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Yellow-throated longclaw (Macronyx croceus)
Scientific classification Edit this classification
Domain: Eukaryota
Kingdom: Animalia
Phylum: Chordata
Class: Aves
Order: Passeriformes
Family: Motacillidae
Genus: Macronyx
Swainson, 1827
Type species
Alauda capensis
Linnaeus, 1766

8, see text

The longclaws are a genus, Macronyx, of small African passerine birds in the family Motacillidae.

Longclaws are slender, often colorful, ground-feeding insectivores of open country. They are ground nesters, laying up to four speckled eggs. They are named for their unusually long hind claws, which are thought to help in walking on grass. There are only between 10,000 and 19,000 Sharpe's longclaw left in Kenya.

The genus Macronyx was introduced by the English naturalist William John Swainson in 1827 with the Cape longclaw as the type species.[1][2] The name combines the Classical Greek words makros "long" or "great" and onux "claw".[3]

Species list[edit]

The genus contains eight species:[4]

Image Scientific name Common Name Distribution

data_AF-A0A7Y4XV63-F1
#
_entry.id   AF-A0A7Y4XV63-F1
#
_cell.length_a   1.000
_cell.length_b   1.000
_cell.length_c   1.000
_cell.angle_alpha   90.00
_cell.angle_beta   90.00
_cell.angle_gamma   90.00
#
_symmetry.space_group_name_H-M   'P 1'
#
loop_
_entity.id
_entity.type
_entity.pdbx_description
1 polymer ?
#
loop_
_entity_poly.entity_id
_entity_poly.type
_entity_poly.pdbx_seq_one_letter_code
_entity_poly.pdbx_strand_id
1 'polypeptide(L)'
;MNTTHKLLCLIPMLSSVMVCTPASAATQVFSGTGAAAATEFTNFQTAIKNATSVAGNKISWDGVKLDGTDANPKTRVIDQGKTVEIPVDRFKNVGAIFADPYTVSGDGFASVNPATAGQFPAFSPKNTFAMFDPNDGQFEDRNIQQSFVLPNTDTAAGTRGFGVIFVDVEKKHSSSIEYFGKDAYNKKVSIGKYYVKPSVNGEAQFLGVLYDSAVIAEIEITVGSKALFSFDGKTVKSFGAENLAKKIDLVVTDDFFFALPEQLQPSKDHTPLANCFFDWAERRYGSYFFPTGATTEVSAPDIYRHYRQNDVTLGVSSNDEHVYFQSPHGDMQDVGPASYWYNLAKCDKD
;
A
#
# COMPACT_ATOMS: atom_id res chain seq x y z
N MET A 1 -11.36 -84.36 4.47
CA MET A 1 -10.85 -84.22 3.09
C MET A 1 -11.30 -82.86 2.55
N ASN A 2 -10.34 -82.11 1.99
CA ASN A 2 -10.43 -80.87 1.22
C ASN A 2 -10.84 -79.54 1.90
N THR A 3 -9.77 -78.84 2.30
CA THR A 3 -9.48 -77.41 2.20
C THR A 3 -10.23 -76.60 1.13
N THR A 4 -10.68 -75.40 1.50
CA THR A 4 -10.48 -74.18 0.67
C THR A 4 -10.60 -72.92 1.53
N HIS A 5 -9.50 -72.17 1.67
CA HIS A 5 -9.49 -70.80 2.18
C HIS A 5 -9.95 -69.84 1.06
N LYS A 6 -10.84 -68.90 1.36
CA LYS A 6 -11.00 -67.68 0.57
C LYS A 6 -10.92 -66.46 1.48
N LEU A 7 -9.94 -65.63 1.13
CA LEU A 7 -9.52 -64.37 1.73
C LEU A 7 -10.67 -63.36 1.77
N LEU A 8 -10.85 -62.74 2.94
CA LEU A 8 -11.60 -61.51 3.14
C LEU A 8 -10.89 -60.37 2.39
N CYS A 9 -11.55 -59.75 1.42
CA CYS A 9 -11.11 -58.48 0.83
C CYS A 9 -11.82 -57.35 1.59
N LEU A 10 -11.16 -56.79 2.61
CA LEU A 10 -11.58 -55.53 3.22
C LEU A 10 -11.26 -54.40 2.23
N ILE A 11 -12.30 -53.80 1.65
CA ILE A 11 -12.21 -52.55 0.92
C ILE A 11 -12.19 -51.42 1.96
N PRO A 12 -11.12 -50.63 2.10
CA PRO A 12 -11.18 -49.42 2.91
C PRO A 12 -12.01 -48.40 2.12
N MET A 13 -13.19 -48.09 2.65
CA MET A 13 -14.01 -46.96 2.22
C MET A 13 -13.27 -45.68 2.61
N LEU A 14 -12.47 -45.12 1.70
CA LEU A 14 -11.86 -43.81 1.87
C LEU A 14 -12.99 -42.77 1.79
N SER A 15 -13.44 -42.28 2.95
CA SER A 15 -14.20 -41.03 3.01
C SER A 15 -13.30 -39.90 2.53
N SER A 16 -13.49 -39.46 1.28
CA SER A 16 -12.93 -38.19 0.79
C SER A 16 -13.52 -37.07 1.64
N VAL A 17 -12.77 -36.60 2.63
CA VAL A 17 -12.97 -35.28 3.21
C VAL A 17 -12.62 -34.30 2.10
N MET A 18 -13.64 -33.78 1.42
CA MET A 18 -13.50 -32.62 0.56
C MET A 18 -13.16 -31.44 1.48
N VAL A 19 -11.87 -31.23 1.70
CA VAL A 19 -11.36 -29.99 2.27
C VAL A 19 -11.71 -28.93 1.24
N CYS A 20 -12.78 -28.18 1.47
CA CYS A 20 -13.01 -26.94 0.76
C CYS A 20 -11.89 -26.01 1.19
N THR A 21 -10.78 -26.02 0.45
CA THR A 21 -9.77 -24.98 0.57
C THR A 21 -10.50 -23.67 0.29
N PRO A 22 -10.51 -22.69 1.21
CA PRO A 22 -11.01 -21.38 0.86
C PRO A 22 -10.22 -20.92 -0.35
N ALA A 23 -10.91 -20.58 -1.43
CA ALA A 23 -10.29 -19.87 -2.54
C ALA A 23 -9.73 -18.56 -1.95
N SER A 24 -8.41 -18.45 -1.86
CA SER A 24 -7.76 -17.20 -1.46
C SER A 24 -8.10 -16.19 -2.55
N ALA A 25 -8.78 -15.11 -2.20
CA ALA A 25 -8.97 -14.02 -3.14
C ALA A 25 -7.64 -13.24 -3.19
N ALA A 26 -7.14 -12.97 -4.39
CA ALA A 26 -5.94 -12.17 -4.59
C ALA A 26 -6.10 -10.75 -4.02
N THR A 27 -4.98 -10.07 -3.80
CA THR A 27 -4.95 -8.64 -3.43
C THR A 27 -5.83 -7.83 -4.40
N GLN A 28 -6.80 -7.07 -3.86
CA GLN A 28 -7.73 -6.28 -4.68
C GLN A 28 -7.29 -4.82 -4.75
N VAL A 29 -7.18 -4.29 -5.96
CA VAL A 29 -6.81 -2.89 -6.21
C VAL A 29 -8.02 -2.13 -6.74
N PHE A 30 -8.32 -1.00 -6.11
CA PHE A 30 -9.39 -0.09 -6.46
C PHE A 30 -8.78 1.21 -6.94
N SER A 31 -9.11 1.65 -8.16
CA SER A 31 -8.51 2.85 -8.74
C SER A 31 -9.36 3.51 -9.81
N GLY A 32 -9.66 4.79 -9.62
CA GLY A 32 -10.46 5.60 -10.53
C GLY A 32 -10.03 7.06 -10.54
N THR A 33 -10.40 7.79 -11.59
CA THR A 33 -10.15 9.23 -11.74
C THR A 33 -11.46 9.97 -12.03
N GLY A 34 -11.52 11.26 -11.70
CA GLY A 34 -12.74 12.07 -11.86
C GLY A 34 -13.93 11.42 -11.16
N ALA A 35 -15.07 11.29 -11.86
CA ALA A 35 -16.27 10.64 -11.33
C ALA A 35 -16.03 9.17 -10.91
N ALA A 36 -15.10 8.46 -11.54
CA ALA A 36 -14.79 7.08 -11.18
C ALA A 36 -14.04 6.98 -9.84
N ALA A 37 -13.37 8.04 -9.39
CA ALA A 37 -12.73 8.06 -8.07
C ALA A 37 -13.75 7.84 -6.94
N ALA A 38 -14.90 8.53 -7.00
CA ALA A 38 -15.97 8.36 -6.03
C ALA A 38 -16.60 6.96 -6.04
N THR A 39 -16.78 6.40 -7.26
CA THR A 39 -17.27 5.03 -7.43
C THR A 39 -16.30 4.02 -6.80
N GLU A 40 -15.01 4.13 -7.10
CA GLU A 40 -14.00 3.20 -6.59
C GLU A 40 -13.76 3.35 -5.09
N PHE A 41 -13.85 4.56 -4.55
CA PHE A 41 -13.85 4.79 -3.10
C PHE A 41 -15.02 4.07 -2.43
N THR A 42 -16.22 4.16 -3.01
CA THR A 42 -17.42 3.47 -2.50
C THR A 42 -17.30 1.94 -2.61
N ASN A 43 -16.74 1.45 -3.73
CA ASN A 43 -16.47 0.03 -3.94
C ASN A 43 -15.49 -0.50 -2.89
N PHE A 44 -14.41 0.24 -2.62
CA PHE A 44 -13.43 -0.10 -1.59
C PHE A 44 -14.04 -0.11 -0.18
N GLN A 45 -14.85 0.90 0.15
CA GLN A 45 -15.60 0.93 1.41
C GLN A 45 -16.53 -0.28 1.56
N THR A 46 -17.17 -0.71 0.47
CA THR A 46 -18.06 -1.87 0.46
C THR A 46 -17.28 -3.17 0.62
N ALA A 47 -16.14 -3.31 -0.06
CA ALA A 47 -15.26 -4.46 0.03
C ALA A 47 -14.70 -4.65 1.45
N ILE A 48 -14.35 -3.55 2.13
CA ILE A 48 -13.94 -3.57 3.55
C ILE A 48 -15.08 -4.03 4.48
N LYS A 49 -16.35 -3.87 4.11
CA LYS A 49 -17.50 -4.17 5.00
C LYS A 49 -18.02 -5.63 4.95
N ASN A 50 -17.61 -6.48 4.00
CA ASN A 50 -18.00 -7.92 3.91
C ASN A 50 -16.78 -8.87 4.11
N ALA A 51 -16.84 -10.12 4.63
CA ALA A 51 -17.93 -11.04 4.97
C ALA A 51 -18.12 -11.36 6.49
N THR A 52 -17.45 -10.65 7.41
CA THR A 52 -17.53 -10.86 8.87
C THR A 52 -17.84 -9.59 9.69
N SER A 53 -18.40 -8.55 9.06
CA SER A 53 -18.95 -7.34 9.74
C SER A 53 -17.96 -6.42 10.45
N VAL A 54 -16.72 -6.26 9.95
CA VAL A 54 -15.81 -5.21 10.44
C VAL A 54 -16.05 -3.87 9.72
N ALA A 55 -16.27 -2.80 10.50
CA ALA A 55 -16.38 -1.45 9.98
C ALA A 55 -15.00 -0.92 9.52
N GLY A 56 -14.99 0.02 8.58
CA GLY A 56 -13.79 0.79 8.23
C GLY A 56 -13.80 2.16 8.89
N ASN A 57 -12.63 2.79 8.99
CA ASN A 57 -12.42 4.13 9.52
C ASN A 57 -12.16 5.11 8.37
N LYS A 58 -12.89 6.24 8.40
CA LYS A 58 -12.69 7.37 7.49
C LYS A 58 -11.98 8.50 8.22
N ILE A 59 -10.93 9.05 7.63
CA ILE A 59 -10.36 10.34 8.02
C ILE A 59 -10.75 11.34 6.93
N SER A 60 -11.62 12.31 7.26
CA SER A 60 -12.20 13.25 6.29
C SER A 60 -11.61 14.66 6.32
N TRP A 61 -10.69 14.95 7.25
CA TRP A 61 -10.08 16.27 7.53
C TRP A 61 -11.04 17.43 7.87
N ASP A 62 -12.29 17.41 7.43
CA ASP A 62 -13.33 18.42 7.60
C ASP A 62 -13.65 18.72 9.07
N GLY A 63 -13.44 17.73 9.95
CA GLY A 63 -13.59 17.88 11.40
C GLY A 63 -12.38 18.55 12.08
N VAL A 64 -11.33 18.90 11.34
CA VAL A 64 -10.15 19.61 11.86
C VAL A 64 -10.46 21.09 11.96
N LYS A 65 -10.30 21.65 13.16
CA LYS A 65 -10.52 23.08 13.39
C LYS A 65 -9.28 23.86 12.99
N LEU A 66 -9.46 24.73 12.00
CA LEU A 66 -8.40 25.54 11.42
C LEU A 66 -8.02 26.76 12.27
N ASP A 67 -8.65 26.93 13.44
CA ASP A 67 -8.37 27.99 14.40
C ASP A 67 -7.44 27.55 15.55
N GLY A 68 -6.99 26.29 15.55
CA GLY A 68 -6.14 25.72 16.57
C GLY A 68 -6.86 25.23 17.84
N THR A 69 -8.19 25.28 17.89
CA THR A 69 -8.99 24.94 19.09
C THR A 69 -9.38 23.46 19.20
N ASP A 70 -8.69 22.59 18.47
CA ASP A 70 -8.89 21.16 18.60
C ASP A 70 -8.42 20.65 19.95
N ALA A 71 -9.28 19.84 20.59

Macronyx sharpei Sharpe's longclaw west and central Kenya.
Macronyx flavicollis Abyssinian longclaw Ethiopia
Macronyx fuelleborni Fülleborn's longclaw south-central Africa.
Macronyx capensis Cape longclaw Southern Africa in Zimbabwe and southern and eastern South Africa.
Macronyx croceus Yellow-throated longclaw Angola, Benin, Burkina Faso, Burundi, Cameroon, Central African Republic, Chad, Republic of the Congo, Democratic Republic of the Congo, Ivory Coast, Gabon, Gambia, Ghana, Guinea, Guinea-Bissau, Kenya, Lesotho, Liberia, Malawi, Mali, Mozambique, Niger, Nigeria, Rwanda, Senegal, Sierra Leone, Somalia, South Africa, South Sudan, Swaziland, Tanzania, Togo, Uganda, Zambia, and Zimbabwe.
Macronyx aurantiigula Pangani longclaw Tanzania, Kenya and Somalia.
Macronyx ameliae Rosy-throated longclaw Angola, Botswana, Democratic Republic of the Congo, Kenya, Malawi, Mozambique, Namibia, South Africa, Tanzania, Zambia, and Zimbabwe.
Macronyx grimwoodi Grimwood's longclaw Angola, Democratic Republic of the Congo, and Zambia.


  1. ^ Swainson, William John (1827). "On several groups and forms in ornithology, not hitherto defined". Zoological Journal. 3: 343–363 [344].
  2. ^ Mayr, Ernst; Greenway, James C. Jr, eds. (1960). Check-list of Birds of the World. Vol. 9. Cambridge, Massachusetts: Museum of Comparative Zoology. p. 142.
  3. ^ Jobling, J.A. (2018). del Hoyo, J.; Elliott, A.; Sargatal, J.; Christie, D.A.; de Juana, E. (eds.). "Key to Scientific Names in Ornithology". Handbook of the Birds of the World Alive. Lynx Edicions. Retrieved 2 May 2018.
  4. ^ Gill, Frank; Donsker, David, eds. (2018). "Waxbills, parrotfinches, munias, whydahs, Olive Warbler, accentors, pipits". World Bird List Version 8.1. International Ornithologists' Union. Retrieved 2 April 2018.

External links[edit]